A year from now, how many of the new shows the networks announced with so much fanfare at the upfronts this week will still be on or even remembered?
For example, does anyone remember “Ten Days in the Valley”? That was the Kyra Sedgwick drama on ABC that was probably the most depressing show on network TV all season -- the story of a woman in Hollywood, an alcoholic and drug addict, whose young daughter went missing.
It was one of many shows on the Big Four networks that did not make it onto the fall lineups. Instead, they were cancelled, with little or no attention paid to their passing.
That stands in stark contrast to the way these and other new shows are developed and promoted every year -- each and every one of them promoted like they are the greatest shows on earth. Then, when they get cancelled, the networks have nothing to say about them.
In addition to “Ten Days in the Valley,” ABC dumped “Alex Inc.,” the sitcom starring Zach Braff that lasted only a few weeks this spring; “The Crossing,” a very short-lived drama (also this spring) that had something to do with eerie goings on in some sort of windswept beachside community; “Deception,” the recently introduced cop-magician drama; “The Mayor,” about a young African-American who is elected mayor of a small city almost by accident; and “Kevin (Probably) Saves the World,” a drama series that was a cross between “Touched By an Angel” and “Oh, God.”
They were all first-season shows. ABC also cancelled “Designated Survivor,” in which Kiefer Sutherland played the president of the United States; and “Quantico,” the FBI drama.
Sutherland was one of two formerly sturdy TV stars to get the axe this spring. The other was Kevin James, whose CBS sitcom “Kevin Can Wait” was cancelled.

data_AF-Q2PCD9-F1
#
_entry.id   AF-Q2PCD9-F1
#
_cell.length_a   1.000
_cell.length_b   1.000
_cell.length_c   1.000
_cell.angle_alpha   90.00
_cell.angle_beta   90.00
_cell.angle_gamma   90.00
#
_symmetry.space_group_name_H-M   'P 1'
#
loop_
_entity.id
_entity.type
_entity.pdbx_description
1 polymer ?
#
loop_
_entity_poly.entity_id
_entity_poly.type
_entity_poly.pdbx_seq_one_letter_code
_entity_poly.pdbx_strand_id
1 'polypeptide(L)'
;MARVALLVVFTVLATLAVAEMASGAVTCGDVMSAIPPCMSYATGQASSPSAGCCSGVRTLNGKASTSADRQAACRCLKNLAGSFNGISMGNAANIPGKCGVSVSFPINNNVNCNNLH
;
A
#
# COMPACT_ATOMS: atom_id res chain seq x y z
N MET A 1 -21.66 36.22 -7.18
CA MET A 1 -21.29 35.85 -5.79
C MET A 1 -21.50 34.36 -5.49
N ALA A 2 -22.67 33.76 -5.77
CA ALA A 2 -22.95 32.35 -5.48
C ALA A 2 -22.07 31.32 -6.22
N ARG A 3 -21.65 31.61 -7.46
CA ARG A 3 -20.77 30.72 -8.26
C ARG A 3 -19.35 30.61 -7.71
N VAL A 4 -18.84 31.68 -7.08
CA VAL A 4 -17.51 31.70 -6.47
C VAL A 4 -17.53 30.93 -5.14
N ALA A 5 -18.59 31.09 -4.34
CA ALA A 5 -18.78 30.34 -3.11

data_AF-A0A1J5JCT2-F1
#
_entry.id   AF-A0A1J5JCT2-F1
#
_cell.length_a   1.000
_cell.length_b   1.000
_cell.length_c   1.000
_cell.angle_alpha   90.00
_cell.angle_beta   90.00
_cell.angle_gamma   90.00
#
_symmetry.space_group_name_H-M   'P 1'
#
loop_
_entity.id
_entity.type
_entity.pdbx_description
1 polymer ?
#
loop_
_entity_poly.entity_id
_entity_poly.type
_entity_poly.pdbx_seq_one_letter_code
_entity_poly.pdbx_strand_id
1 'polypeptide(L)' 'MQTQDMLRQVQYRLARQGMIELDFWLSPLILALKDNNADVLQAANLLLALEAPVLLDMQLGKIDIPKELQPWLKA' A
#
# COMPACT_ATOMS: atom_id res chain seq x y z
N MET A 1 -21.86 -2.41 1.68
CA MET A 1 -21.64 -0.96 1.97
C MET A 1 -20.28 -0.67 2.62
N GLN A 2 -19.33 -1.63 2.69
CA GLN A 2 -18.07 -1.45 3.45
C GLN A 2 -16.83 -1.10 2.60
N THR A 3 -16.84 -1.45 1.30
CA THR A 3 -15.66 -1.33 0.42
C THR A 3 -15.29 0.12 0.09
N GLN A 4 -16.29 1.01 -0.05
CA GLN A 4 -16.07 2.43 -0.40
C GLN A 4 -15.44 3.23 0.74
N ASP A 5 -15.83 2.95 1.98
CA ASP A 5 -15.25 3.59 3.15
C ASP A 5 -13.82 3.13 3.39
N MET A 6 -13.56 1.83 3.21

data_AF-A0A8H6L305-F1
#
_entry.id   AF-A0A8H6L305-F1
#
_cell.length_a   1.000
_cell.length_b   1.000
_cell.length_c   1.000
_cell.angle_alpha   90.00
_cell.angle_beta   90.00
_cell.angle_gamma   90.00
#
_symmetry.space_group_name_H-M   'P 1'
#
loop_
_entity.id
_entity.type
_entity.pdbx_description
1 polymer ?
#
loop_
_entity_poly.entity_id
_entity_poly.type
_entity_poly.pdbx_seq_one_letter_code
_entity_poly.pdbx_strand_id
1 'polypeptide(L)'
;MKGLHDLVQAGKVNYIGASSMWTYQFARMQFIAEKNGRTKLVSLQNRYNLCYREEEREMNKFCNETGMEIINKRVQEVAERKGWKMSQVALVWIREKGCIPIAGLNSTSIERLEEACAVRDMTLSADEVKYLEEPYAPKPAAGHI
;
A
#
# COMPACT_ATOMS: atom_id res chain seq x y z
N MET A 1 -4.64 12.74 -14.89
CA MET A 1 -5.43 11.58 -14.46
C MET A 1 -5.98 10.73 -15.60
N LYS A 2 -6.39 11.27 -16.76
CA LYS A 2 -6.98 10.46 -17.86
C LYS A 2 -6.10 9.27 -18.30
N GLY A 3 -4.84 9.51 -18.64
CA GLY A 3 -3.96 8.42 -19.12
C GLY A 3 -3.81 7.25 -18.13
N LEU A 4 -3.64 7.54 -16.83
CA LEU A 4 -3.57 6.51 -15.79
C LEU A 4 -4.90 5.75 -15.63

CBS also dumped the tech-genius dramas “Scorpion” and “Wisdom of the Crowd,” and the comedies “Superior Donuts” (whose comedy was not superior), “Living Biblically” (thank God) and the dreadful “9JKL,” quite possibly the season’s worst show on any network.
NBC's cancelled shows all richly deserved it too. They were: the high school musical drama “Rise”; the military drama “The Brave”; “Shades of Blue,” the Jennifer Lopez and Ray Liotta cop drama; the hospital drama “The Night Shift”; and “Taken,” adapted from the Liam Neeson movie series.
You can be forgiven if you had not heard of most or all of NBC's cancelled shows. That’s the nature of TV today (even more so than yesteryear) -- shows come and go with such astonishing swiftness and frequency that most of them seem to pass before our eyes almost (or completely) unnoticed.
Fox cast out its devil shows “Lucifer” and “The Exorcist” and the three sitcoms that were reported cancelled last week -- “Brooklyn Nine-Nine,” “The Mick” and “The Last Man on Earth.”
Suffice it to say that more than a few of the new shows announced just this week will be similarly swept away by the time upfront week rolls around next May.
Based on the clips seen at the various upfronts this week, my candidates for the shows most likely to never see a second season include at least three on ABC -- “A Million Little Things,” a drama about how a group of friends reacts when one of them kills himself (next season's most depressing show); “The Fix,” a drama created by Marcia Clark based very loosely on her experience as a prosecutor in the O.J. Simpson murder case (in this one, she gets a second chance to put him on trial); and “Grand Hotel,” a prime-time soap no one will watch.
On CBS, the most likely fails are the new “Murphy Brown” (put this show to its eternal rest already) and “God Friended Me,” a comedy about a man who is “friended” by God on Facebook. About that last one: It is almost as if someone had a meeting with CBS to suggest this idea as a joke or a prank, and CBS thought it was a real idea, and good enough to actually go and do. Good heavens.
The worst of all the shows seen at the upfronts, judging by the clips, was the one called “The Cool Kids,” coming to Fox next fall. This one is sort of a “Golden Guys” with a trio of randy oldsters making merry in a retirement home.
Watching a clip of this show at the Fox upfront this week had me wondering if network TV was finally ready to call it a day and retire too.